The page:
A.I. versus Recruitment

5 min readFeb 16, 2023

You have probably heard about the use of artificial intelligence (AI) technology recently and how it can be used to simplify tasks, such as hiring. Though this innovation has saved recruiters time during the hiring process by using facial recognition and expression analysis to understand candidates — can it be trusted? Or are we at risk of disconnecting ourselves from one another in a digital world that values convenience and speed?

We believe in people and the power of connectivity. AI applicant screening systems can be problematic and discriminatory, so let’s bring it back to the basics before technology alienates us. Your intuition is that little feeling in the pit of your gut that is telling you whether someone is trustworthy or not. Gut instinct can be extremely valuable and a powerful decision-maker when your conscious mind is clouded with too many variables to consider, which is often the case in recruitment. Human recruiters should remember what matters most, which is building relationships with candidates and providing a positive hiring experience.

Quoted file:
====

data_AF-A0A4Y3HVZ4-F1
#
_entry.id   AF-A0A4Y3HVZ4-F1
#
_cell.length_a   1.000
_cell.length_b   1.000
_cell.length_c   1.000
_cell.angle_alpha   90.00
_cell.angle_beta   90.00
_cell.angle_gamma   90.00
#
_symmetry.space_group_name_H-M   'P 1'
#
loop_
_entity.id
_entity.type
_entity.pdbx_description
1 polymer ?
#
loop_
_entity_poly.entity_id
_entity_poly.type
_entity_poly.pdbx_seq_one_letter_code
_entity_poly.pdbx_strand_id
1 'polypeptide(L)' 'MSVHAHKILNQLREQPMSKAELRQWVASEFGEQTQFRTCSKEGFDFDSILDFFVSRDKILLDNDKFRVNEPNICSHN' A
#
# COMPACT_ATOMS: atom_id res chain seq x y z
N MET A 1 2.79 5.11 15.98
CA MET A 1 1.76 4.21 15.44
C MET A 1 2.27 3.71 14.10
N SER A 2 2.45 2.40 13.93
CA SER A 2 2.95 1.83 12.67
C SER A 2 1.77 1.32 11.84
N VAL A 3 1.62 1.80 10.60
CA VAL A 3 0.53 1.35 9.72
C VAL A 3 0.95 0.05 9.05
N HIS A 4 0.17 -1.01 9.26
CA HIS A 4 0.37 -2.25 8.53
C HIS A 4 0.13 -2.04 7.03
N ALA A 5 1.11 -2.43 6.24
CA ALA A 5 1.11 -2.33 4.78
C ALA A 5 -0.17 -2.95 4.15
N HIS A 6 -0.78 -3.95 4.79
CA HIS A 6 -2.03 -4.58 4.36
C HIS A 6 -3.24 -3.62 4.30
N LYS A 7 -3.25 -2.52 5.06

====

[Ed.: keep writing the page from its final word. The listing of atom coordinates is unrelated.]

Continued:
What is your gut instinct?

Your body is intricately connected through nerves and uses chemical signals, such as neurotransmitters and hormones, to communicate with other body parts. Neuroscientists argue that our brain and the body work as an interconnected system with the mind as the central control point. The gut-brain axis is a communication system that consists of 500 million neurons that connects your brain and gut physically and biochemically. Chemicals called neurotransmitters control emotions and feelings, including happiness and stress, which can be produced by your gut cells. Ultimately, the brain carries out signals to help prepare you for any situation by alerting you of danger or comforting you in safe settings — an example is that gut-wrenching feeling when you’re on top of a high building. Without intuition and trusting your gut instinct, you could easily run into some serious dangers and problems in life.

What is facial recognition?